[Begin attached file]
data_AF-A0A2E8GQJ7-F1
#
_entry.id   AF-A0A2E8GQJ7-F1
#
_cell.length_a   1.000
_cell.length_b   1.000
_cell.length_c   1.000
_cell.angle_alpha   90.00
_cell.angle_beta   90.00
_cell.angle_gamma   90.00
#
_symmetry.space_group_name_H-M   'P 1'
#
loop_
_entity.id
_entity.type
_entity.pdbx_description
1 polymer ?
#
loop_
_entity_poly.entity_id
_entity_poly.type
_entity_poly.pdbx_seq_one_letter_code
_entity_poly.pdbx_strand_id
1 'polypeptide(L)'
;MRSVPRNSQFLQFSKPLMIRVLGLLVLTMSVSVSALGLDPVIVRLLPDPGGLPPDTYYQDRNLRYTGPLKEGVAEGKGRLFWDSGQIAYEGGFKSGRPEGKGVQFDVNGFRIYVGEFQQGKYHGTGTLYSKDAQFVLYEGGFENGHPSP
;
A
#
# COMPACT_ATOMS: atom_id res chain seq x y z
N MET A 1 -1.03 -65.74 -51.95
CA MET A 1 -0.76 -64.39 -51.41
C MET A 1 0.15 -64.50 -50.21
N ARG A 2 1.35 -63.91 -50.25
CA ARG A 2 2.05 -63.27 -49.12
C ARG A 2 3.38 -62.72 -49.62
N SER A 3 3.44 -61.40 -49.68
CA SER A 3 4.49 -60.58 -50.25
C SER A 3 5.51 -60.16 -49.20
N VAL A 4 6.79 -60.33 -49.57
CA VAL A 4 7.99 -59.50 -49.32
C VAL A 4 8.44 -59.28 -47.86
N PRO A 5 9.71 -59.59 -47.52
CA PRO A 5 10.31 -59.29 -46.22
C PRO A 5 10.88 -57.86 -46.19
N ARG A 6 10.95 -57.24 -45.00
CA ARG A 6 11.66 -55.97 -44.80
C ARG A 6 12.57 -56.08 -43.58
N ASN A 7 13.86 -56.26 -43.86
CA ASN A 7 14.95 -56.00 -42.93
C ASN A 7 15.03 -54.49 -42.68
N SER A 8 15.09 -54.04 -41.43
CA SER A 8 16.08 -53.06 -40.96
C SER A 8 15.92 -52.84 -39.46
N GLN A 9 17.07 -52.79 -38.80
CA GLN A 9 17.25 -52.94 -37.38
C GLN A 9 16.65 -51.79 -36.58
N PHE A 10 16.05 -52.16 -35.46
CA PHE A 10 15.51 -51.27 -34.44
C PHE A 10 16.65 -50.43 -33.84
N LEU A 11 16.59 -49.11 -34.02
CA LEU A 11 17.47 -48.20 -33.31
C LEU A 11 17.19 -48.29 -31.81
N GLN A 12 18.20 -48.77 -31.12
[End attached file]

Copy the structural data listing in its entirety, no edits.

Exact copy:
data_AF-A0A2E8GQJ7-F1
#
_entry.id   AF-A0A2E8GQJ7-F1
#
_cell.length_a   1.000
_cell.length_b   1.000
_cell.length_c   1.000
_cell.angle_alpha   90.00
_cell.angle_beta   90.00
_cell.angle_gamma   90.00
#
_symmetry.space_group_name_H-M   'P 1'
#
loop_
_entity.id
_entity.type
_entity.pdbx_description
1 polymer ?
#
loop_
_entity_poly.entity_id
_entity_poly.type
_entity_poly.pdbx_seq_one_letter_code
_entity_poly.pdbx_strand_id
1 'polypeptide(L)'
;MRSVPRNSQFLQFSKPLMIRVLGLLVLTMSVSVSALGLDPVIVRLLPDPGGLPPDTYYQDRNLRYTGPLKEGVAEGKGRLFWDSGQIAYEGGFKSGRPEGKGVQFDVNGFRIYVGEFQQGKYHGTGTLYSKDAQFVLYEGGFENGHPSP
;
A
#
# COMPACT_ATOMS: atom_id res chain seq x y z
N MET A 1 -1.03 -65.74 -51.95
CA MET A 1 -0.76 -64.39 -51.41
C MET A 1 0.15 -64.50 -50.21
N ARG A 2 1.35 -63.91 -50.25
CA ARG A 2 2.05 -63.27 -49.12
C ARG A 2 3.38 -62.72 -49.62
N SER A 3 3.44 -61.40 -49.68
CA SER A 3 4.49 -60.58 -50.25
C SER A 3 5.51 -60.16 -49.20
N VAL A 4 6.79 -60.33 -49.57
CA VAL A 4 7.99 -59.50 -49.32
C VAL A 4 8.44 -59.28 -47.86
N PRO A 5 9.71 -59.59 -47.52
CA PRO A 5 10.31 -59.29 -46.22
C PRO A 5 10.88 -57.86 -46.19
N ARG A 6 10.95 -57.24 -45.00
CA ARG A 6 11.66 -55.97 -44.80
C ARG A 6 12.57 -56.08 -43.58
N ASN A 7 13.86 -56.26 -43.86
CA ASN A 7 14.95 -56.00 -42.93
C ASN A 7 15.03 -54.49 -42.68
N SER A 8 15.09 -54.04 -41.43
CA SER A 8 16.08 -53.06 -40.96
C SER A 8 15.92 -52.84 -39.46
N GLN A 9 17.07 -52.79 -38.80
CA GLN A 9 17.25 -52.94 -37.38
C GLN A 9 16.65 -51.79 -36.58
N PHE A 10 16.05 -52.16 -35.46
CA PHE A 10 15.51 -51.27 -34.44
C PHE A 10 16.65 -50.43 -33.84
N LEU A 11 16.59 -49.11 -34.02
CA LEU A 11 17.47 -48.20 -33.31
C LEU A 11 17.19 -48.29 -31.81
N GLN A 12 18.20 -48.77 -31.12